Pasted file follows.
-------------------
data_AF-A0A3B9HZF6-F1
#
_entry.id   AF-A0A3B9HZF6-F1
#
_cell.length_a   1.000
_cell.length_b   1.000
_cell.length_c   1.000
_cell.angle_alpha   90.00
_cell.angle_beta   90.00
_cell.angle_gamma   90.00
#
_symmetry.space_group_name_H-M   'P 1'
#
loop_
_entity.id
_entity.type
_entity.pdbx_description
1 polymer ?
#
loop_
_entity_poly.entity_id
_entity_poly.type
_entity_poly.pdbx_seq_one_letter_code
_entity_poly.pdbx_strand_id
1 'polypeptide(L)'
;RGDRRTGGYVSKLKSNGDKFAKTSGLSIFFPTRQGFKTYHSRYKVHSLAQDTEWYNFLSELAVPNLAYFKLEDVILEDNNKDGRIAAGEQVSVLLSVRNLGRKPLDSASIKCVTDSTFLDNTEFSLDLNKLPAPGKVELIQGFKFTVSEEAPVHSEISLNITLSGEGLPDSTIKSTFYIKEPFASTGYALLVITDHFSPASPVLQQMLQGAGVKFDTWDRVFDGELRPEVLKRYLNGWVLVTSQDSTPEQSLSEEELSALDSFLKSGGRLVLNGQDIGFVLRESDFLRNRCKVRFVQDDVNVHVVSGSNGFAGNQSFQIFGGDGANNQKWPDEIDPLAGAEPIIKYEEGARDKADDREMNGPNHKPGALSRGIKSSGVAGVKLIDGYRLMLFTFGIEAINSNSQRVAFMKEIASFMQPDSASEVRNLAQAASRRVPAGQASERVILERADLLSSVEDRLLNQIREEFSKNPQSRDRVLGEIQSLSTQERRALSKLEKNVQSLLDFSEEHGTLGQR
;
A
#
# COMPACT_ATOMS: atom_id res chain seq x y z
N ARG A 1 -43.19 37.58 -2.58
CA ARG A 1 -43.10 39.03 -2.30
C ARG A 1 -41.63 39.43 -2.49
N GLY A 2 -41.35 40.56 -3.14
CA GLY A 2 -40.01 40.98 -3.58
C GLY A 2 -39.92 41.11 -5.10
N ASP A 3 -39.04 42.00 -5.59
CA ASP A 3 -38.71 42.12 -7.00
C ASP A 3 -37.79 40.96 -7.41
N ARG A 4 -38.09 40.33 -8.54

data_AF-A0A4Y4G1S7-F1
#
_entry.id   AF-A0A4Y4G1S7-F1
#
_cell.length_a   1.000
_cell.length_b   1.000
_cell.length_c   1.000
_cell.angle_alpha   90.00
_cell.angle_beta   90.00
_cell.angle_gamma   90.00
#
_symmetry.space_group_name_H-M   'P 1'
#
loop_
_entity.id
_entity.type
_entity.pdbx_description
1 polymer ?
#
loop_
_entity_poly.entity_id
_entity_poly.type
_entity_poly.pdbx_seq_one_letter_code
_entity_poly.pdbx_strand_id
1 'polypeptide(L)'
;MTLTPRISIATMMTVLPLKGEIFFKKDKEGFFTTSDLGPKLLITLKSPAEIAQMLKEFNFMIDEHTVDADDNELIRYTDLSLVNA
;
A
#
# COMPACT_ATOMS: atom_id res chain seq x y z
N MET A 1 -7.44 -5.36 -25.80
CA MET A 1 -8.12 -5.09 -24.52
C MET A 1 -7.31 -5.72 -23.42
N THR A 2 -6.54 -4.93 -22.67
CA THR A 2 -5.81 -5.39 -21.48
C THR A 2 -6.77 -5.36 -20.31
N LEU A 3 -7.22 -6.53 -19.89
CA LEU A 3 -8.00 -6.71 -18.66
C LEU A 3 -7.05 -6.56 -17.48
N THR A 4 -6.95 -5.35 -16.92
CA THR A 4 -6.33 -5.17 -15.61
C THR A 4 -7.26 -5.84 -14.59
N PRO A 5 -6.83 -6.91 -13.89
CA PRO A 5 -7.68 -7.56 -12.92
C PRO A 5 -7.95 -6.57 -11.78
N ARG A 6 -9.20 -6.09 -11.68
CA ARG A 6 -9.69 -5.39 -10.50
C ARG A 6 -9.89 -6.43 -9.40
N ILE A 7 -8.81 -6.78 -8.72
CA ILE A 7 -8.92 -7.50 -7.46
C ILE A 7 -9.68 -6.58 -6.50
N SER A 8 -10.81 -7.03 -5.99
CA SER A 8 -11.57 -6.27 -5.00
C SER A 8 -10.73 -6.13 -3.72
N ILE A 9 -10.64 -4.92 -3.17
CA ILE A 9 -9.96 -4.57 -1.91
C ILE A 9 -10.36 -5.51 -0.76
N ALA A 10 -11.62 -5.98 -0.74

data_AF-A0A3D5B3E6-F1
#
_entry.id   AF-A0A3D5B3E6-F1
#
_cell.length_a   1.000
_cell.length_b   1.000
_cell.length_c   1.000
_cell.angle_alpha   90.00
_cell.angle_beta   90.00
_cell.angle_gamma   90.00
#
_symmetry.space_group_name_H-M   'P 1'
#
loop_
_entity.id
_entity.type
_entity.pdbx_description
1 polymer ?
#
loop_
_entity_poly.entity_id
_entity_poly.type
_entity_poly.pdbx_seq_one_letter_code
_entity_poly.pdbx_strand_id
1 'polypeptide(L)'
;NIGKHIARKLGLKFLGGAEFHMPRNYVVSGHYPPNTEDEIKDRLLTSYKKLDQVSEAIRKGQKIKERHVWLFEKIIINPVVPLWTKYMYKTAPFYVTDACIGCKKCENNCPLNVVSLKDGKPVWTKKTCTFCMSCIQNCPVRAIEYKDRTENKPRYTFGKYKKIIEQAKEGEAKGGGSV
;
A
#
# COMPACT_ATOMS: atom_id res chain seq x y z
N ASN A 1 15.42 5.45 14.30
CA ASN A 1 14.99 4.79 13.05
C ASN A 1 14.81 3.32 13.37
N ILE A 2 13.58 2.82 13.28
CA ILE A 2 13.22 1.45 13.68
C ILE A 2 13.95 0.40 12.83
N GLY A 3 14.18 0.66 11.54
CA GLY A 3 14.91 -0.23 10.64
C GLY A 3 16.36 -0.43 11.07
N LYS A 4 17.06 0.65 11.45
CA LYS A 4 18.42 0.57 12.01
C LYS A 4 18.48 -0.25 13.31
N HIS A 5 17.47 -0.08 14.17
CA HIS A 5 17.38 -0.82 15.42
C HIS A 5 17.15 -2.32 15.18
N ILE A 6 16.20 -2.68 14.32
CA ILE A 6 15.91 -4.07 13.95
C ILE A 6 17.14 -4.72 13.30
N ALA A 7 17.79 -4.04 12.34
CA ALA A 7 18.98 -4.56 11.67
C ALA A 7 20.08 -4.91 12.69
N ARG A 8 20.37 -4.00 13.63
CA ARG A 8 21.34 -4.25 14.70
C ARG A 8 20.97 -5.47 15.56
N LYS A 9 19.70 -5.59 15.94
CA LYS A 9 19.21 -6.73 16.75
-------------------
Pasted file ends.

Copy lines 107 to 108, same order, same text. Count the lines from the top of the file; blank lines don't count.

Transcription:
_cell.angle_beta   90.00
_cell.angle_gamma   90.00